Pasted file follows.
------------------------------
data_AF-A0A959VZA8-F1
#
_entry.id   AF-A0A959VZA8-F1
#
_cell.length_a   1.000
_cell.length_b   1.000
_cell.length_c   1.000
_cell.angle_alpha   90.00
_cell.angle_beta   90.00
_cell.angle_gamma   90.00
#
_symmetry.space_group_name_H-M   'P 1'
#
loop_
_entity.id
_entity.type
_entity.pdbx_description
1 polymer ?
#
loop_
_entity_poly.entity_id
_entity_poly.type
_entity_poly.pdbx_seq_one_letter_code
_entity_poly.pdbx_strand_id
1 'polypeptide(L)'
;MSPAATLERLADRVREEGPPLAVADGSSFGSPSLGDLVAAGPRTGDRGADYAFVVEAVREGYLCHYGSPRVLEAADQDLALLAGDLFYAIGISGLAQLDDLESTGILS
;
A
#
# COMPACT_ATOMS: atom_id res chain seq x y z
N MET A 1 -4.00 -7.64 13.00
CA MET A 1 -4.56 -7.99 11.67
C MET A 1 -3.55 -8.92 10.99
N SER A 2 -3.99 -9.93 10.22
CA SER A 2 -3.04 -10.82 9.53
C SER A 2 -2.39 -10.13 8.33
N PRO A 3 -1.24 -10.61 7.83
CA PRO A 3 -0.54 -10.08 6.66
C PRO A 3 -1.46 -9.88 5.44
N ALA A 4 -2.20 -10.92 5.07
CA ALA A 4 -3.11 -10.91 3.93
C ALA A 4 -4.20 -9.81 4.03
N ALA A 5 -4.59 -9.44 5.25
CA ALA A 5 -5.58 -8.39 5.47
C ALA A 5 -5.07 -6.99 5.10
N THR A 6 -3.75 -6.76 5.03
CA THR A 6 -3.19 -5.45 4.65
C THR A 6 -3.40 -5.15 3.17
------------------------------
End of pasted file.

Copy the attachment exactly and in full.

data_AF-A0A959VZA8-F1
#
_entry.id   AF-A0A959VZA8-F1
#
_cell.length_a   1.000
_cell.length_b   1.000
_cell.length_c   1.000
_cell.angle_alpha   90.00
_cell.angle_beta   90.00
_cell.angle_gamma   90.00
#
_symmetry.space_group_name_H-M   'P 1'
#
loop_
_entity.id
_entity.type
_entity.pdbx_description
1 polymer ?
#
loop_
_entity_poly.entity_id
_entity_poly.type
_entity_poly.pdbx_seq_one_letter_code
_entity_poly.pdbx_strand_id
1 'polypeptide(L)'
;MSPAATLERLADRVREEGPPLAVADGSSFGSPSLGDLVAAGPRTGDRGADYAFVVEAVREGYLCHYGSPRVLEAADQDLALLAGDLFYAIGISGLAQLDDLESTGILS
;
A
#
# COMPACT_ATOMS: atom_id res chain seq x y z
N MET A 1 -4.00 -7.64 13.00
CA MET A 1 -4.56 -7.99 11.67
C MET A 1 -3.55 -8.92 10.99
N SER A 2 -3.99 -9.93 10.22
CA SER A 2 -3.04 -10.82 9.53
C SER A 2 -2.39 -10.13 8.33
N PRO A 3 -1.24 -10.61 7.83
CA PRO A 3 -0.54 -10.08 6.66
C PRO A 3 -1.46 -9.88 5.44
N ALA A 4 -2.20 -10.92 5.07
CA ALA A 4 -3.11 -10.91 3.93
C ALA A 4 -4.20 -9.81 4.03
N ALA A 5 -4.59 -9.44 5.25
CA ALA A 5 -5.58 -8.39 5.47
C ALA A 5 -5.07 -6.99 5.10
N THR A 6 -3.75 -6.76 5.03
CA THR A 6 -3.19 -5.45 4.65
C THR A 6 -3.40 -5.15 3.17